Dr. Balis: It's your call, Peter. I think it's possible you might be suffering some kind of drug side-effect, so from that point of view it would be good to limit further medication until we track it down. On the other hand, it's hard to enjoy life if you're in pain. I'd be glad to talk to your neurologist about substituting anticonvulsants. I don't think the antibiotics are a problem. But I'll check the literature for combination effects just to be sure, okay? I'm sure we can find something that works for you.
Mr. Hossfeld: I'd like to believe you're right about that, I really would. But I'm afraid this goes much deeper, and there's not much hope for me; I'm just one of Nature's failed experiments.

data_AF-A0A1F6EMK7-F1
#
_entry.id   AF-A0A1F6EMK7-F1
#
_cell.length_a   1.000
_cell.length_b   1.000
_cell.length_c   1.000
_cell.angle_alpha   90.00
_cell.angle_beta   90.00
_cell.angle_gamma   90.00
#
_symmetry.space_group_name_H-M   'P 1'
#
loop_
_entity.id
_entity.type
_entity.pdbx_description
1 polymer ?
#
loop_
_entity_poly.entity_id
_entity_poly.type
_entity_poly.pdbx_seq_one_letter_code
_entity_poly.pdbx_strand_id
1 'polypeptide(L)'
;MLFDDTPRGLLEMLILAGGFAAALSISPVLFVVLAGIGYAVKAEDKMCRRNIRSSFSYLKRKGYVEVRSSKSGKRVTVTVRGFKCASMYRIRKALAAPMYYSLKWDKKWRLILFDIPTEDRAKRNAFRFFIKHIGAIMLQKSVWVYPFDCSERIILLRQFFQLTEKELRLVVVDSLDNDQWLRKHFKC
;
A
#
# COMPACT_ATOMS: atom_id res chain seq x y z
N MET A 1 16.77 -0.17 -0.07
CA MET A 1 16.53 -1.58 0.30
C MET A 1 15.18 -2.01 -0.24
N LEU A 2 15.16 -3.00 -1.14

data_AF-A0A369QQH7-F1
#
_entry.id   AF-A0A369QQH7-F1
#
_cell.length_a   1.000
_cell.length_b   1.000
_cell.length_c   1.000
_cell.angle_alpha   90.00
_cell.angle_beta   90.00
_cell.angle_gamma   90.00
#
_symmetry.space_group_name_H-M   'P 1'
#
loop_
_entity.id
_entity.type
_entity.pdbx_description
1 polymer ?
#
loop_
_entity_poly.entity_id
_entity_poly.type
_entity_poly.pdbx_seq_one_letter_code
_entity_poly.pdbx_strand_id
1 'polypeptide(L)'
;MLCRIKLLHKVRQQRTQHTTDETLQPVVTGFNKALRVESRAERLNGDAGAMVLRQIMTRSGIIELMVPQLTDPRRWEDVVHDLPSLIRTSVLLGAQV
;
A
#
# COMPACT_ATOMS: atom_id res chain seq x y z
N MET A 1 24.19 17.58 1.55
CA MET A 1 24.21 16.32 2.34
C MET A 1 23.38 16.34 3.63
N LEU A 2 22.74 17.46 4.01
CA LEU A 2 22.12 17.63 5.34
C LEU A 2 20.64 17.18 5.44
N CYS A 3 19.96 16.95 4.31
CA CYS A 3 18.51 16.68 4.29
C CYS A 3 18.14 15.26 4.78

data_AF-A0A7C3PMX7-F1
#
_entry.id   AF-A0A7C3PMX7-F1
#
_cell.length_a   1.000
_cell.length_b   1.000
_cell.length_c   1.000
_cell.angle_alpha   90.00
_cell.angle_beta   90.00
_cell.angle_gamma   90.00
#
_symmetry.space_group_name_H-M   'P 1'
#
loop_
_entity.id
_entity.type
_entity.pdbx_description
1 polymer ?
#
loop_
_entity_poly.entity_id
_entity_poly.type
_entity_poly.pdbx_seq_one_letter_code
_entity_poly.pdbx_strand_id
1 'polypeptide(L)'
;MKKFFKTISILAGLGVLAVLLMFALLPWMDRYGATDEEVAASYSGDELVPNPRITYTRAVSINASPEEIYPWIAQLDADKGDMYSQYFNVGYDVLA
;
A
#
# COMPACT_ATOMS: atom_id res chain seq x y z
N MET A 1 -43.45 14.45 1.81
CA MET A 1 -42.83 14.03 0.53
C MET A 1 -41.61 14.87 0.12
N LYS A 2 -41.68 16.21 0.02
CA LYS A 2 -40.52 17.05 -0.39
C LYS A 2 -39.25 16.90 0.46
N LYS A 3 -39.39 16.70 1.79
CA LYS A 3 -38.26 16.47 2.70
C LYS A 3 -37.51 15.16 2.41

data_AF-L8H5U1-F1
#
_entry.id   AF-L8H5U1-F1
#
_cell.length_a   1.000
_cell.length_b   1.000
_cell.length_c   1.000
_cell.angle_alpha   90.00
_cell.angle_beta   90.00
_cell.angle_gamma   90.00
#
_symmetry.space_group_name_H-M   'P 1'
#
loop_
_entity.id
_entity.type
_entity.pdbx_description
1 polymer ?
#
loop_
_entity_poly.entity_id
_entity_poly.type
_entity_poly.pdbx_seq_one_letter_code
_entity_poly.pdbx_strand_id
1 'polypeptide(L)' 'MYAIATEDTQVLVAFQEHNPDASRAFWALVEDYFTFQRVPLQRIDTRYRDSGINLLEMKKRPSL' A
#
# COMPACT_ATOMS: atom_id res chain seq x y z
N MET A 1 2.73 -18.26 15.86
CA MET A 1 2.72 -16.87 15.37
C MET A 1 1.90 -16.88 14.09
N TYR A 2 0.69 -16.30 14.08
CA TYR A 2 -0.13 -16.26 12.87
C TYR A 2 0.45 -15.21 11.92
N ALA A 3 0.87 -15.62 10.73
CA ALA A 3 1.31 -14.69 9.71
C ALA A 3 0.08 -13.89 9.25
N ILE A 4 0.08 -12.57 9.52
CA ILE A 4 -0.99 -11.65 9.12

Dr. Balis: Come on, that sort of thing is not going to get you anywhere, is it? You've got a lot going for you, just give yourself a chance. We'll be able to talk some more about it next week.
Mr. Hossfeld: Oh, time to go?
Dr. Balis: I'm afraid so.
Mr. Hossfeld: Goodbye, then.
Dr. Balis: Goodbye Peter.